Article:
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A New Vision For Science Education

Posted: March 24th, 2017

HCPSS Students Fully Engaged in “Next-Generation Science Classroom” from Pre-K through Grade 12

Howard County Public School System (HCPSS) has adopted a new model for science education, aligned to the Next Generation Science Standards (NGSS), to develop scientifically literate citizens who are well prepared to pursue college and careers in science, technology, engineering, and mathematics (STEM) fields. HCPSS presented an overview of its vision for science education from prekindergarten to Grade 12 at the March 23, 2017, Board of Education meeting.

“Science and technology knowledge is continually expanding, and we are preparing students for careers that will be very different in the future,” said HCPSS Superintendent Renee A. Foose. “The new HCPSS science program gives students the essential knowledge and critical thinking skills to analyze information and solve problems throughout their lives, whether they pursue a career in STEM or any other field.”

In 2013, Maryland adopted the Next Generation Science Standards (NGSS) as the Maryland Science Standards for pre-K–12 science education. The NGSS were developed by a group of 26 lead states, including Maryland, and included input from professional scientists, college/university educators, policy-makers, and pre-K–12 educators to identify the knowledge and skills all students need to become science literate.

Aligned to the new state standards, the HCPSS science curriculum combines and emphasizes the practices of real scientists and engineers; core Ideas from the three major scientific disciplines: earth/space, life and physical science, as well as engineering; and crosscutting concepts that share broad importance across scientific disciplines. The program is designed to give every student in pre-K–12 a broad and robust science education, teaching the fundamental knowledge and skills that are key to understanding more complex topics.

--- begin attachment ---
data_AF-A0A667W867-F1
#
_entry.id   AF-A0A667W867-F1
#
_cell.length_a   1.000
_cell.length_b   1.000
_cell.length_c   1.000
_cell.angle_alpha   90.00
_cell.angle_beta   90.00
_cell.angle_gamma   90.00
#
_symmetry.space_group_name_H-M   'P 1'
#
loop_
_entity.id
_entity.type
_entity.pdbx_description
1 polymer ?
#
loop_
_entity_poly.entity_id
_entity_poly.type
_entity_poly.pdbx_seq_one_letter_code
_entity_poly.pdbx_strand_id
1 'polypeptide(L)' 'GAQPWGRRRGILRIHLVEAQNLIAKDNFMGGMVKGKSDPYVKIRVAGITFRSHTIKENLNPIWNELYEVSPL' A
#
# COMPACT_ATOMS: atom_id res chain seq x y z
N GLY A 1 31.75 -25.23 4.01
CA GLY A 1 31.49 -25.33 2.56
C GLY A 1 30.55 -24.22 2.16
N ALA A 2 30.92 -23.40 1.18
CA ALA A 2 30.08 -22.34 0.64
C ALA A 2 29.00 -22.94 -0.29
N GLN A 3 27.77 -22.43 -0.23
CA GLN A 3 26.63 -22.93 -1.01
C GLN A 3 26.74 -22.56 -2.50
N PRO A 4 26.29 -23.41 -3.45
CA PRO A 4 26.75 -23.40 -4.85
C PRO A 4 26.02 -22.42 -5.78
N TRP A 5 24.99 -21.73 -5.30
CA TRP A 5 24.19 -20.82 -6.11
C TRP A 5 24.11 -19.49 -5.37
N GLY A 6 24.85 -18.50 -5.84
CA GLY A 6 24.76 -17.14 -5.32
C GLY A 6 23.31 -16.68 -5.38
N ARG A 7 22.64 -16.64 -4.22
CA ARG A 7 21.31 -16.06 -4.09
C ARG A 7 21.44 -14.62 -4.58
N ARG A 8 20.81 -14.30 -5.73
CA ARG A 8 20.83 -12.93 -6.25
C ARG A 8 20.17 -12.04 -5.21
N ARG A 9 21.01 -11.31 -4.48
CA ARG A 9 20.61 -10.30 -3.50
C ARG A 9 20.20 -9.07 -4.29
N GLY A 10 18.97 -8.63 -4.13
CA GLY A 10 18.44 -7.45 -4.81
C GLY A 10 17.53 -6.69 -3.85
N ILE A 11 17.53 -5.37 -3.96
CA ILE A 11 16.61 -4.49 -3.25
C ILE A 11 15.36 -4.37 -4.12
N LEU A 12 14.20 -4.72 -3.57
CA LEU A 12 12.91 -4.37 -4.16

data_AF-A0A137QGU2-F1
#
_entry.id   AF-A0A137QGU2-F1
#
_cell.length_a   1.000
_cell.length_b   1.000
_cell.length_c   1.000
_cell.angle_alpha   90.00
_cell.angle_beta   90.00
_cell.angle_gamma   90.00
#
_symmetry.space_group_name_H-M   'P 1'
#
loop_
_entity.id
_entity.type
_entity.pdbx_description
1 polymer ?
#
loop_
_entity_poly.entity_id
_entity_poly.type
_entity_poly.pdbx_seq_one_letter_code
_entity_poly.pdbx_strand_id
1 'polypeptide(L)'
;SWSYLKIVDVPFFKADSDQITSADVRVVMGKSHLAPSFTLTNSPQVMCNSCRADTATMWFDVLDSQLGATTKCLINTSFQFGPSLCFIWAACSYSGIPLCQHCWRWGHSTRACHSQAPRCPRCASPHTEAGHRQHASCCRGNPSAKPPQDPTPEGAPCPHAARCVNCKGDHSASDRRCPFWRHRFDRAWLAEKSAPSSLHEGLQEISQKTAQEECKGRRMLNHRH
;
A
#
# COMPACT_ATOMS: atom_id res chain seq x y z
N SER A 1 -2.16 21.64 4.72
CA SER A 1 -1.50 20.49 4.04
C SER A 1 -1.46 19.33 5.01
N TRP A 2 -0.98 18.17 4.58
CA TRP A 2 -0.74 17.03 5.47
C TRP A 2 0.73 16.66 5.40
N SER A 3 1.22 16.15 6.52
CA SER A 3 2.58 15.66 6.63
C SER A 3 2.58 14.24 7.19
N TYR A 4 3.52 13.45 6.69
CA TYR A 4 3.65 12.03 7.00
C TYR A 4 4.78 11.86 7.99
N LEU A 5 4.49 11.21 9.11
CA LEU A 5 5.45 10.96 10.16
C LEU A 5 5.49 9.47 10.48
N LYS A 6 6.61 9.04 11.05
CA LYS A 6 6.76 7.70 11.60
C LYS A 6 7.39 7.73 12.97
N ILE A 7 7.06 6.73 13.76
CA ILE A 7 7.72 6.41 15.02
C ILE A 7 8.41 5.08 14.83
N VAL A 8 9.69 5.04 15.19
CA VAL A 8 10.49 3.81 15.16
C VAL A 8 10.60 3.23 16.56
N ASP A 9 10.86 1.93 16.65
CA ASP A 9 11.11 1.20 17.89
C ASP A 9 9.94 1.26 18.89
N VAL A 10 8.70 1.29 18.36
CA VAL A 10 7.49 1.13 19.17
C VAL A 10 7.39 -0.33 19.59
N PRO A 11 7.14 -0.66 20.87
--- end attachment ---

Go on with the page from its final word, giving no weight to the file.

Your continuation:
HCPSS science classes are active learning environments where students learn by doing what professional scientists do in the laboratory and in the field, through inquiry and discovery. In the process, they gain a deep understanding of basic science concepts while learning to apply scientific and technical information systematically and rationally.

HCPSS has already completed its transition to the NGSS-aligned curriculum in elementary (pre-K–5) and middle (Grades 6–8) school, and its new high school curriculum will be completely aligned by the 2018–19 school year. Under the new program of study, all high school students will take core courses across the three major science disciplines to gain broad, deep science literacy and the core knowledge needed for ongoing science learning. The new program provides greater flexibility to meet students’ individual interests and goals, and gives every student the opportunity to pursue advanced-level (GT or AP) science coursework.

The Maryland State Department of Education (MSDE) has adopted a new standardized test, the Maryland Integrated Science Assessment (MISA), which is aligned to the NGSS and replaces the MSA Science and HSA Biology tests. MISA is being phased in this school year with field testing in Grades 5 and 8, and will be introduced at the high school level during 2018–19. MISA participation will become a high school graduation requirement for the Class of 2020 (current ninth-graders), with the exception of those participating in the Biology HSA, which will be implemented for the final time this year. A MISA pass score, which will be determined by MSDE, will be a graduation requirement beginning with the Class of 2021.

The full Board report and presentation are available online. More information about the HCPSS NGSS-aligned science education program and a video overview of how NGSS is transforming HCPSS science instruction can be viewed online.